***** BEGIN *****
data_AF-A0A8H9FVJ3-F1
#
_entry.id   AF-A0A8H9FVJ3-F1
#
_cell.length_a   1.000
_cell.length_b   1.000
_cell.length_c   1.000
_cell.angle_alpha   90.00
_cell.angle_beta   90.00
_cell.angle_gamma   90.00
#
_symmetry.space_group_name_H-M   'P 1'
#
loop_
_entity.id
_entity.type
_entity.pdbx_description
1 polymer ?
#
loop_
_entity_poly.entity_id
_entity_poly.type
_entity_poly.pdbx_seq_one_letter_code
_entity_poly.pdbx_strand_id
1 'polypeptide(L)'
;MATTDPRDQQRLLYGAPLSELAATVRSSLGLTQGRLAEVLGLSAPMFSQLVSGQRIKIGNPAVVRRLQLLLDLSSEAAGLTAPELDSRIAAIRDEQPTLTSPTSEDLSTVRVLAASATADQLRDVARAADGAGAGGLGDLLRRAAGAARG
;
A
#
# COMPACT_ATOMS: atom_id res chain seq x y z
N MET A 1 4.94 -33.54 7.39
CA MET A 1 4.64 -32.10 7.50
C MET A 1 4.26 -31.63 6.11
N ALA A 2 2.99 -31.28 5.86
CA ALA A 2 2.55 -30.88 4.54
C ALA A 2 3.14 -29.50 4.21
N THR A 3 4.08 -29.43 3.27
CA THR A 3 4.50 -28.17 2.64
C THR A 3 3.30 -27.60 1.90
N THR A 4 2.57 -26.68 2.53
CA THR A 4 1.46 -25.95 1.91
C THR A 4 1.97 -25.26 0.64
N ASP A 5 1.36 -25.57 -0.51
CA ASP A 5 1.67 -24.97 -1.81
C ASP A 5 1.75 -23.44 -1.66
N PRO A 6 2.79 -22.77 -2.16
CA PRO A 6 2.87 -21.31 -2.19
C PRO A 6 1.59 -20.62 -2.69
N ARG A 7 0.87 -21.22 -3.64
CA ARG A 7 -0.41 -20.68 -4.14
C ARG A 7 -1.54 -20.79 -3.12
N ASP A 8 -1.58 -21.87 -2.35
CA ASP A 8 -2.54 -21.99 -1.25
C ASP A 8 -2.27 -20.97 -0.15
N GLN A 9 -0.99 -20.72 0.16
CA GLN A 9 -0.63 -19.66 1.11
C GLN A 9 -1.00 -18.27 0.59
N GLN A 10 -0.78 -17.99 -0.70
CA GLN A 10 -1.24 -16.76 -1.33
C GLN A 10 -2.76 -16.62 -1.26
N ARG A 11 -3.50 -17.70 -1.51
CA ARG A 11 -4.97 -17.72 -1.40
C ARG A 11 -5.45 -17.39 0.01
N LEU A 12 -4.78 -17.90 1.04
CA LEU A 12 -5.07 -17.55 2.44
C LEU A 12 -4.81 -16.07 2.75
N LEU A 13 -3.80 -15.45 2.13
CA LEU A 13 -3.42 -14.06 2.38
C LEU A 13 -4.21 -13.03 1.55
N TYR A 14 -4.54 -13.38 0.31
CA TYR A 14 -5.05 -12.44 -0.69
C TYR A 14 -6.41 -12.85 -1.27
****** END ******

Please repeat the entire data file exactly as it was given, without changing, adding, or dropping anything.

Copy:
data_AF-A0A8H9FVJ3-F1
#
_entry.id   AF-A0A8H9FVJ3-F1
#
_cell.length_a   1.000
_cell.length_b   1.000
_cell.length_c   1.000
_cell.angle_alpha   90.00
_cell.angle_beta   90.00
_cell.angle_gamma   90.00
#
_symmetry.space_group_name_H-M   'P 1'
#
loop_
_entity.id
_entity.type
_entity.pdbx_description
1 polymer ?
#
loop_
_entity_poly.entity_id
_entity_poly.type
_entity_poly.pdbx_seq_one_letter_code
_entity_poly.pdbx_strand_id
1 'polypeptide(L)'
;MATTDPRDQQRLLYGAPLSELAATVRSSLGLTQGRLAEVLGLSAPMFSQLVSGQRIKIGNPAVVRRLQLLLDLSSEAAGLTAPELDSRIAAIRDEQPTLTSPTSEDLSTVRVLAASATADQLRDVARAADGAGAGGLGDLLRRAAGAARG
;
A
#
# COMPACT_ATOMS: atom_id res chain seq x y z
N MET A 1 4.94 -33.54 7.39
CA MET A 1 4.64 -32.10 7.50
C MET A 1 4.26 -31.63 6.11
N ALA A 2 2.99 -31.28 5.86
CA ALA A 2 2.55 -30.88 4.54
C ALA A 2 3.14 -29.50 4.21
N THR A 3 4.08 -29.43 3.27
CA THR A 3 4.50 -28.17 2.64
C THR A 3 3.30 -27.60 1.90
N THR A 4 2.57 -26.68 2.53
CA THR A 4 1.46 -25.95 1.91
C THR A 4 1.97 -25.26 0.64
N ASP A 5 1.36 -25.57 -0.51
CA ASP A 5 1.67 -24.97 -1.81
C ASP A 5 1.75 -23.44 -1.66
N PRO A 6 2.79 -22.77 -2.16
CA PRO A 6 2.87 -21.31 -2.19
C PRO A 6 1.59 -20.62 -2.69
N ARG A 7 0.87 -21.22 -3.64
CA ARG A 7 -0.41 -20.68 -4.14
C ARG A 7 -1.54 -20.79 -3.12
N ASP A 8 -1.58 -21.87 -2.35
CA ASP A 8 -2.54 -21.99 -1.25
C ASP A 8 -2.27 -20.97 -0.15
N GLN A 9 -0.99 -20.72 0.16
CA GLN A 9 -0.63 -19.66 1.11
C GLN A 9 -1.00 -18.27 0.59
N GLN A 10 -0.78 -17.99 -0.70
CA GLN A 10 -1.24 -16.76 -1.33
C GLN A 10 -2.76 -16.62 -1.26
N ARG A 11 -3.50 -17.70 -1.51
CA ARG A 11 -4.97 -17.72 -1.40
C ARG A 11 -5.45 -17.39 0.01
N LEU A 12 -4.78 -17.90 1.04
CA LEU A 12 -5.07 -17.55 2.44
C LEU A 12 -4.81 -16.07 2.75
N LEU A 13 -3.80 -15.45 2.13
CA LEU A 13 -3.42 -14.06 2.38
C LEU A 13 -4.21 -13.03 1.55
N TYR A 14 -4.54 -13.38 0.31
CA TYR A 14 -5.05 -12.44 -0.69
C TYR A 14 -6.41 -12.85 -1.27